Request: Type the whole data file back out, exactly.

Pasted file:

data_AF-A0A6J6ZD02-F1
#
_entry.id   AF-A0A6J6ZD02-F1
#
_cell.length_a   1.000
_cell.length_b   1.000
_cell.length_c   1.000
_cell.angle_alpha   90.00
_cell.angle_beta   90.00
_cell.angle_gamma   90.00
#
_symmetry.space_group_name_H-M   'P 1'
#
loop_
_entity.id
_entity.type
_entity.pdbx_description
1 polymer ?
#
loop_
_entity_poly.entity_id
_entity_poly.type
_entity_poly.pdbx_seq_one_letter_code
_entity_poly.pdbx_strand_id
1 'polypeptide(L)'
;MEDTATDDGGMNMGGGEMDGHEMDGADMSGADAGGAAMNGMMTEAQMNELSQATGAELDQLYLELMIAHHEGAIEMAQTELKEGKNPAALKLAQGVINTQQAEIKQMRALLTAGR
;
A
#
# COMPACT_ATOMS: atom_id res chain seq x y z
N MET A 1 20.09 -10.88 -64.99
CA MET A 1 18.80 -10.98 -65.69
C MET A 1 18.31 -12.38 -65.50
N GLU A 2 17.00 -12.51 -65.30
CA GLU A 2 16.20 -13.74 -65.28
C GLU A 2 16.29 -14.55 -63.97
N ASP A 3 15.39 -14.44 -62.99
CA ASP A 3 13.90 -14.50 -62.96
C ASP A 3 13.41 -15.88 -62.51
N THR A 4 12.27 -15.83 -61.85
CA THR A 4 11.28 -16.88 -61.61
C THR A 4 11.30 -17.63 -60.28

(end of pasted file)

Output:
data_AF-A0A6J6ZD02-F1
#
_entry.id   AF-A0A6J6ZD02-F1
#
_cell.length_a   1.000
_cell.length_b   1.000
_cell.length_c   1.000
_cell.angle_alpha   90.00
_cell.angle_beta   90.00
_cell.angle_gamma   90.00
#
_symmetry.space_group_name_H-M   'P 1'
#
loop_
_entity.id
_entity.type
_entity.pdbx_description
1 polymer ?
#
loop_
_entity_poly.entity_id
_entity_poly.type
_entity_poly.pdbx_seq_one_letter_code
_entity_poly.pdbx_strand_id
1 'polypeptide(L)'
;MEDTATDDGGMNMGGGEMDGHEMDGADMSGADAGGAAMNGMMTEAQMNELSQATGAELDQLYLELMIAHHEGAIEMAQTELKEGKNPAALKLAQGVINTQQAEIKQMRALLTAGR
;
A
#
# COMPACT_ATOMS: atom_id res chain seq x y z
N MET A 1 20.09 -10.88 -64.99
CA MET A 1 18.80 -10.98 -65.69
C MET A 1 18.31 -12.38 -65.50
N GLU A 2 17.00 -12.51 -65.30
CA GLU A 2 16.20 -13.74 -65.28
C GLU A 2 16.29 -14.55 -63.97
N ASP A 3 15.39 -14.44 -62.99
CA ASP A 3 13.90 -14.50 -62.96
C ASP A 3 13.41 -15.88 -62.51
N THR A 4 12.27 -15.83 -61.85
CA THR A 4 11.28 -16.88 -61.61
C THR A 4 11.30 -17.63 -60.28